TMJ (temporomandibular joint and muscle disorder) is more common than you think. According to William De Vizio, DMD, more than 10 million Americans are afflicted with TMJ. It is experienced most often by women who are in their 20s or 30s, though it can affect anyone.
Bruxism, stress, and other causes of TMJ
Here are four of the most common causes of TMJ:
- Opening the jaw too wide – TMJ represents strain and possible damage to the temporomandibular joint. When the jaw is held open for an extended period, ligaments can tear, the area can become swollen, and the disc between your skull and lower jaw can become displaced.
- Bruxism – Grinding your teeth (aka bruxism), which typically takes place when an individual is sleeping, can contribute to TMJ as well. Bruxism may result in muscular soreness or tightness (discussed below), sensitivity of the teeth, and damage to ligaments.
- Bad bite – Also called malocclusion, bad bite is often a cause of TMJ. Bad bite occurs when the jaws have not properly developed, the TMJ disc has become dislocated, or extensive dental work has been performed.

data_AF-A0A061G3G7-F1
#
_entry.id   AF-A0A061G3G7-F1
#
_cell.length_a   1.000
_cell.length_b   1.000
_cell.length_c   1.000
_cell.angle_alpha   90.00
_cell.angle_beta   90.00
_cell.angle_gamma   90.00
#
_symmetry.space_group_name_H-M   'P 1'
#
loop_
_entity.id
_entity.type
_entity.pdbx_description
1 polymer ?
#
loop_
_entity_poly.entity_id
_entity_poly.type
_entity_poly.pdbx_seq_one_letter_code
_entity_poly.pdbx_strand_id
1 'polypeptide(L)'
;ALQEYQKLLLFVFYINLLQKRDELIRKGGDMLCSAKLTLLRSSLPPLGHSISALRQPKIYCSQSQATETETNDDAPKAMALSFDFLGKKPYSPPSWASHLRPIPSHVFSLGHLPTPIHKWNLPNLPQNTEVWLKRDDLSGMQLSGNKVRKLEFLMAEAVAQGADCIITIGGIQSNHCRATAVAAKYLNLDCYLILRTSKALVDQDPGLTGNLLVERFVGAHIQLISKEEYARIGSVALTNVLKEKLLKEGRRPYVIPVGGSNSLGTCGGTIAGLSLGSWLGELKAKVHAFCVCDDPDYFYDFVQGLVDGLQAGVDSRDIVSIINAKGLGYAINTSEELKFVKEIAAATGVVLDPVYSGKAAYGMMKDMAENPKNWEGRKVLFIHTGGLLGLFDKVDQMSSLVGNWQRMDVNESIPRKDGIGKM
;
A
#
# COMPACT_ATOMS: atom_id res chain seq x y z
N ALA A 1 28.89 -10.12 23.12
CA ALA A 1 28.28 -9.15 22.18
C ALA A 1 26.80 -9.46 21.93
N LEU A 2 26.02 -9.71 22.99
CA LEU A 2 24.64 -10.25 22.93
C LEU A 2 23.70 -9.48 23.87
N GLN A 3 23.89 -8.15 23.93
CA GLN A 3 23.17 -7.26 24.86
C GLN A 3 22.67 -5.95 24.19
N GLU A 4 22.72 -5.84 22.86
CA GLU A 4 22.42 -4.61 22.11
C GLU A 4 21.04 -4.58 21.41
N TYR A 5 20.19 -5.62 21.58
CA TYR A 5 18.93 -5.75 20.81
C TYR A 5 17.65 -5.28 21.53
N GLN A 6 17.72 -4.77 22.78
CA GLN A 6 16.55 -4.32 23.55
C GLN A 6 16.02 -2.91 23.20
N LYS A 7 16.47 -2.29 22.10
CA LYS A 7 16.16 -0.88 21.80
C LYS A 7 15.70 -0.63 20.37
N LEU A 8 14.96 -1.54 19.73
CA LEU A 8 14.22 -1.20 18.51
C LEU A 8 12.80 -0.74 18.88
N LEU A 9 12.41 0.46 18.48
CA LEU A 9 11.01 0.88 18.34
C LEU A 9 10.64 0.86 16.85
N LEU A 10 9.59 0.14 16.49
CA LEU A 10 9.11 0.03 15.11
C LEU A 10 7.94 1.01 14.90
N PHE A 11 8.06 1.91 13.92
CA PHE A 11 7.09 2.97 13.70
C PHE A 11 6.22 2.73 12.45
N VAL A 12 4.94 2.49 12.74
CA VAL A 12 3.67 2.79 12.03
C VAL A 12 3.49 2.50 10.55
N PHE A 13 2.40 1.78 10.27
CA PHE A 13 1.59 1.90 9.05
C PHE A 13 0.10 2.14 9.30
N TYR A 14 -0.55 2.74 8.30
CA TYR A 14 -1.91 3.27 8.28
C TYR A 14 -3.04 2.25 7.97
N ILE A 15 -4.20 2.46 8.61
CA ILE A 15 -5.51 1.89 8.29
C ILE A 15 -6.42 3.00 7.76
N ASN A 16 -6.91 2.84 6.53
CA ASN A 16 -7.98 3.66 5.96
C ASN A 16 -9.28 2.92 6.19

- Stress & muscle tightness – Stress can generate tightness in the muscles, such as a stiff neck. The muscular tightness, in turn, contributes to TMJ pain. When the muscles are tight, the joint experiences excessive pressure, leading to immediate pain and potential long-term damage.
Simple and effective treatments for TMJ, as suggested by WebMD, include the following:
- Heat and ice – To reduce immediate pain and inflammation, a three-part strategy can be helpful. First, ice the affected area for ten minutes. Then perform stretches as directed by your physiotherapist or massage therapist. Finally, place a warm towel on your jaw and temple for five minutes.
- Soften your diet – You will experience less pain if you minimize joint aggravation. An easy way to do that is to choose primarily soft foods, such as yogurt, soup, fish, and cooked produce. You can also chop your meal into tiny pieces so that you do not have to chew your food as much.
- Keep your jaw stable – Try to avoid opening your jaw widely, since it can cause additional pain (as mentioned above). Get quality sleep to avoid yawning, and do your best to limit singing and yelling.
- Get trigger point therapy – Trigger point therapy is a condition focused massage treatment. Targeted therapy on the masseter muscle, one of the muscles that helps with chewing, can relieve pressure on the temporomandibular joint. It also can decrease the likelihood of headaches, earaches, toothaches, tinnitus, and bruxism.
At Pain Stop Clinics, we specialize in multidisciplinary treatment of pain, incorporating complementary approaches such as trigger point therapy. You can visit any of our six Arizona locations for a customized treatment plan to optimize your TMJ recovery.